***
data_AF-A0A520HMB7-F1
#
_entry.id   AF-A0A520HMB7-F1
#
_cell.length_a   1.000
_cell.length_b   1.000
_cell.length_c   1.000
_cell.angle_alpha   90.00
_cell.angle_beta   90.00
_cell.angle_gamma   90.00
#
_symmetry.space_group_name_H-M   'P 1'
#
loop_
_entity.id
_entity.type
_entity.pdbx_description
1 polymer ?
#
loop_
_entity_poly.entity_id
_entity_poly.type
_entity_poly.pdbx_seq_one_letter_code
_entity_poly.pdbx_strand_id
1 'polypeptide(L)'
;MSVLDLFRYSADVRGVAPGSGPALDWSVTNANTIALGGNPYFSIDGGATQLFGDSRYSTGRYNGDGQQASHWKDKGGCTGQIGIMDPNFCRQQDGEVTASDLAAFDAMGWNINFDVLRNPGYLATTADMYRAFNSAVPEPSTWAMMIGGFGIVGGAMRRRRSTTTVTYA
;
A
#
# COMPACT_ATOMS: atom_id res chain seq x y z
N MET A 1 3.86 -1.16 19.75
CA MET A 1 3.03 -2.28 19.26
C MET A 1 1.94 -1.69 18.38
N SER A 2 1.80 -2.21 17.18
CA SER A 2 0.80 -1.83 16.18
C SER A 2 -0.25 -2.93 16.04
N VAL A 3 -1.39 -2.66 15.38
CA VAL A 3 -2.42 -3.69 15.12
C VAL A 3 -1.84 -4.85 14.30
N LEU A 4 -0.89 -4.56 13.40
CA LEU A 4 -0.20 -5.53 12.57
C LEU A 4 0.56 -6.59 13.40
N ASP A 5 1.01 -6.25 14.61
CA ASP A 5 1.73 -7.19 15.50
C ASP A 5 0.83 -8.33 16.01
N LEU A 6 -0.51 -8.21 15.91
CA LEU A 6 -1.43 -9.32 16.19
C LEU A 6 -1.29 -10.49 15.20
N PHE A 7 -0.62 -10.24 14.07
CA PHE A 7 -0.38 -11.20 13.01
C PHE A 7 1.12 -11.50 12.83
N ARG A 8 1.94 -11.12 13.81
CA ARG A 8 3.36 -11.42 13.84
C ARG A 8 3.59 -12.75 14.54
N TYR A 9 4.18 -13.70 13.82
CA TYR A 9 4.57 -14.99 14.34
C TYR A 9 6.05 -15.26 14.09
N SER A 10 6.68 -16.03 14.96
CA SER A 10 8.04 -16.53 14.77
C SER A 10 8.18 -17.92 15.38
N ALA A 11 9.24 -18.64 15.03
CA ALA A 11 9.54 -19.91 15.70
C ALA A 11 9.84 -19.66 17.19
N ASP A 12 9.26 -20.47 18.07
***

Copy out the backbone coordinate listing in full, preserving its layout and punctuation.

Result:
data_AF-A0A520HMB7-F1
#
_entry.id   AF-A0A520HMB7-F1
#
_cell.length_a   1.000
_cell.length_b   1.000
_cell.length_c   1.000
_cell.angle_alpha   90.00
_cell.angle_beta   90.00
_cell.angle_gamma   90.00
#
_symmetry.space_group_name_H-M   'P 1'
#
loop_
_entity.id
_entity.type
_entity.pdbx_description
1 polymer ?
#
loop_
_entity_poly.entity_id
_entity_poly.type
_entity_poly.pdbx_seq_one_letter_code
_entity_poly.pdbx_strand_id
1 'polypeptide(L)'
;MSVLDLFRYSADVRGVAPGSGPALDWSVTNANTIALGGNPYFSIDGGATQLFGDSRYSTGRYNGDGQQASHWKDKGGCTGQIGIMDPNFCRQQDGEVTASDLAAFDAMGWNINFDVLRNPGYLATTADMYRAFNSAVPEPSTWAMMIGGFGIVGGAMRRRRSTTTVTYA
;
A
#
# COMPACT_ATOMS: atom_id res chain seq x y z
N MET A 1 3.86 -1.16 19.75
CA MET A 1 3.03 -2.28 19.26
C MET A 1 1.94 -1.69 18.38
N SER A 2 1.80 -2.21 17.18
CA SER A 2 0.80 -1.83 16.18
C SER A 2 -0.25 -2.93 16.04
N VAL A 3 -1.39 -2.66 15.38
CA VAL A 3 -2.42 -3.69 15.12
C VAL A 3 -1.84 -4.85 14.30
N LEU A 4 -0.89 -4.56 13.40
CA LEU A 4 -0.20 -5.53 12.57
C LEU A 4 0.56 -6.59 13.40
N ASP A 5 1.01 -6.25 14.61
CA ASP A 5 1.73 -7.19 15.50
C ASP A 5 0.83 -8.33 16.01
N LEU A 6 -0.51 -8.21 15.91
CA LEU A 6 -1.43 -9.32 16.19
C LEU A 6 -1.29 -10.49 15.20
N PHE A 7 -0.62 -10.24 14.07
CA PHE A 7 -0.38 -11.20 13.01
C PHE A 7 1.12 -11.50 12.83
N ARG A 8 1.94 -11.12 13.81
CA ARG A 8 3.36 -11.42 13.84
C ARG A 8 3.59 -12.75 14.54
N TYR A 9 4.18 -13.70 13.82
CA TYR A 9 4.57 -14.99 14.34
C TYR A 9 6.05 -15.26 14.09
N SER A 10 6.68 -16.03 14.96
CA SER A 10 8.04 -16.53 14.77
C SER A 10 8.18 -17.92 15.38
N ALA A 11 9.24 -18.64 15.03
CA ALA A 11 9.54 -19.91 15.70
C ALA A 11 9.84 -19.66 17.19
N ASP A 12 9.26 -20.47 18.07